Biophilia 203 is an advancement of the project designed to integrate it into Nordic school curricula. “It’s tricky, because the reason I went into it was that so much of music education is just sitting with a book and a pencil,” Björk says. “It’s ridiculous. And now, because of this new fund, and talking with all these specialists—super fun people, actually, like an astronaut woman from Denmark and an astrophysicist from Finland—we’re trying to almost capture the spirit of Biophilia and put it in a book. So it’s a contradiction, and I’m kind of fighting like a rebel teenager going, ‘Nooo!’ But there’s gotta be a way where you can suggest how the lesson is taught, without it being carved in stone.”
Björk is keen for the Biophilia education programme to remain a lively, stimulating, enjoyable experience that keeps the kids thinking, making and moving. “There are still games,” she says, with enthusiasm, “we’re trying to weave it into the text that the students have to stand up, and do things with sticks, and things like forming a circle, and each kid is a different note. Fun things that don’t cost any money to do.”
As the city-residency concert series moved around the world, the Biophilia project connected with many new institutions in each new place, giving Björk the chance to interact with a wide variety of people. “I loved it!” she exclaims. “I went for a meeting at San Francisco Science Museum—me and my assistant James were sitting at some long table to meet the other scientists that worked there, trying to teach average kids about space. I met totally different people and really enjoyed it. It was in the spirit of how we started doing it anyway—we didn’t really have a budget, we bought things on eBay and programmed ourselves with Macs—we went for nine months to Puerto Rico and just put it together ourselves. The whole thing was about putting a lot of energy out and seeing what came back. Now it’s a big collaboration with all these people—I don’t own it. It’s been really healthy for me, to let it be whatever it is.”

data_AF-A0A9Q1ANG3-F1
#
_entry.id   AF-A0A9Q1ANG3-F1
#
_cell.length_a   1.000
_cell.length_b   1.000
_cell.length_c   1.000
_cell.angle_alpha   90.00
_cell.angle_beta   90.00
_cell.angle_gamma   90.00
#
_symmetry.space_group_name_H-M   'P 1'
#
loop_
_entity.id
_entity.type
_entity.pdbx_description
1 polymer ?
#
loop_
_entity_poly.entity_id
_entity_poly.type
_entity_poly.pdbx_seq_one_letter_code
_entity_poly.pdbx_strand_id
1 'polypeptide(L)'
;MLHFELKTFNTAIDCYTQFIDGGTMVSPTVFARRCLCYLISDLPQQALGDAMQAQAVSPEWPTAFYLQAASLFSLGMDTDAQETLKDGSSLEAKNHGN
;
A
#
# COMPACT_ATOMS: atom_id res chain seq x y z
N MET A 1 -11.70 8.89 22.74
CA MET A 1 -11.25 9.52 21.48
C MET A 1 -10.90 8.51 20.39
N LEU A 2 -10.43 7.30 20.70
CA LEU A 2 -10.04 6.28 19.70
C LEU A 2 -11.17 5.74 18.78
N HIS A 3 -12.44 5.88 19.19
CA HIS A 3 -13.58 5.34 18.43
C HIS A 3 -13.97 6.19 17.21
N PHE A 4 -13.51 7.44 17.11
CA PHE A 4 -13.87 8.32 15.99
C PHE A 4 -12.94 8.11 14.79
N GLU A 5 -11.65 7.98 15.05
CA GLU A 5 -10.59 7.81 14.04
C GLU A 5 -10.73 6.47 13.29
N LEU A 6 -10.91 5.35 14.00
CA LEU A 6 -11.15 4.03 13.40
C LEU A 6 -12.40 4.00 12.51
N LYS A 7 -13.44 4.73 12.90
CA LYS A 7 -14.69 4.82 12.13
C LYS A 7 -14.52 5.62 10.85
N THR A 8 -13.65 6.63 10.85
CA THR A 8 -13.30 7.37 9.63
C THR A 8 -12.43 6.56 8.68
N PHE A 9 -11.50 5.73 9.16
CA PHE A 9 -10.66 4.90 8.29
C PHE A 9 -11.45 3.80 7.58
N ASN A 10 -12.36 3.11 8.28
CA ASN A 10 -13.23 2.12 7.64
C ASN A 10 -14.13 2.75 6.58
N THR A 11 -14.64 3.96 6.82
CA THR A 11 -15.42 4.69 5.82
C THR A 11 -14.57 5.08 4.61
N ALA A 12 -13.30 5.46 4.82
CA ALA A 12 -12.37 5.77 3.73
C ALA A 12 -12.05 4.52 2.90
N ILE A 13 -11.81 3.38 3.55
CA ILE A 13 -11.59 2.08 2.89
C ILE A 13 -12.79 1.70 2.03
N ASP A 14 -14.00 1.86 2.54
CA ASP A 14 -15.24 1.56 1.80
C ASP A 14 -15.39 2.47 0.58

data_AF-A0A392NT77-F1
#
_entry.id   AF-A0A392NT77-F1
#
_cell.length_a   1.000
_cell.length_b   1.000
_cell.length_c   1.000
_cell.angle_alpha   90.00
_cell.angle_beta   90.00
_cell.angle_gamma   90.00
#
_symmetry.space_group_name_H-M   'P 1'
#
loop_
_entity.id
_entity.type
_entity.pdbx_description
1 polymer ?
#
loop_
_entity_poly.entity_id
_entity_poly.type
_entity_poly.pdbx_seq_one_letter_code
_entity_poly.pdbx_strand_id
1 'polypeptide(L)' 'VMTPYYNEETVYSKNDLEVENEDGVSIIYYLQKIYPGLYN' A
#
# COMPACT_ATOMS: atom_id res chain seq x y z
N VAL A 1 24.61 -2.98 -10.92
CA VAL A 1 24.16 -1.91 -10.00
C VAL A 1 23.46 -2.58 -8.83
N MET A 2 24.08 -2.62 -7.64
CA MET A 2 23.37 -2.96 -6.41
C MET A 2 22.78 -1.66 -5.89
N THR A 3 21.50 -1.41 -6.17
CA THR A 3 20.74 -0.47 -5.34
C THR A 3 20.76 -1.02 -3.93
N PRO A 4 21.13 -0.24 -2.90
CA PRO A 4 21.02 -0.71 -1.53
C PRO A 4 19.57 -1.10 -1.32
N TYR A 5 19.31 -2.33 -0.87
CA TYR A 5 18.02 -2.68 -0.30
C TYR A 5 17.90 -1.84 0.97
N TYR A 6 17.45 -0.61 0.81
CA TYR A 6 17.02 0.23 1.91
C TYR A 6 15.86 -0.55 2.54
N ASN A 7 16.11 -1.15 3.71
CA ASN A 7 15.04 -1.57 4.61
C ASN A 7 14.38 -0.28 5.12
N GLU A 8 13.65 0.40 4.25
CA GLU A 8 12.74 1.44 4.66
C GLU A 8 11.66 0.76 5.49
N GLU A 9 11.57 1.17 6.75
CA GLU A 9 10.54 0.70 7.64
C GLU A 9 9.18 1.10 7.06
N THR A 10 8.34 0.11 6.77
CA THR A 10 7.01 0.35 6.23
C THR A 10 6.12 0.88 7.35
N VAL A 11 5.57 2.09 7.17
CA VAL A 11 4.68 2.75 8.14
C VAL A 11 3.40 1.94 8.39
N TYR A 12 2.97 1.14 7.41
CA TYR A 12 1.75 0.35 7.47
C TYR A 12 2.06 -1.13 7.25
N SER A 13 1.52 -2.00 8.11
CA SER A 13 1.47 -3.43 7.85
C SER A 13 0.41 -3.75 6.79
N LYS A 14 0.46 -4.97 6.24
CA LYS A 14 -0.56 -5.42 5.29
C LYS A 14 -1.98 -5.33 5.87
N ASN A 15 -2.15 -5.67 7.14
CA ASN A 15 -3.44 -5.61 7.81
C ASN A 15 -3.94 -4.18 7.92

After such a long and intensive effort in bringing the project to fruition, Björk is moving on and working on new music, but she is still putting in time to help the programme continue to flourish. “I feel ready to tie a ribbon on it now,” she says. “We had a meeting yesterday at the ministry of education and I was laughing, saying, ‘Oh my god, I need like three coffees’—my head is totally in my next album right now, it was hard accessing that part of my brain again—the repressed pedagogy philanthropist person. And that’s totally fulfilled, I can tell you, she’s sitting burping somewhere.”
The Biophilia Archipelago
- Biophilia was the first album ever to be released in the form of an app, which offers an interactive listening experience
- The Biophilia Educational Programme offered the chance for kids to engage with the topics of the songs, both on the tour, and now as a classroom-based activity series.
- ‘Biophilia Live’ is a film shot at the last ever full Biophilia show in London, in cinemas now.
Quotes from participants:
“I want to make music based on nature” – Student, Manchester
“It’s taught me that any sound can make music, and how much science and music is related.” – Student, Manchester
“I have personally become interested in how apps and music programmes can be used to inspire music making rather than be just a tool to record compositions.” – Teacher, Manchester
Read more here.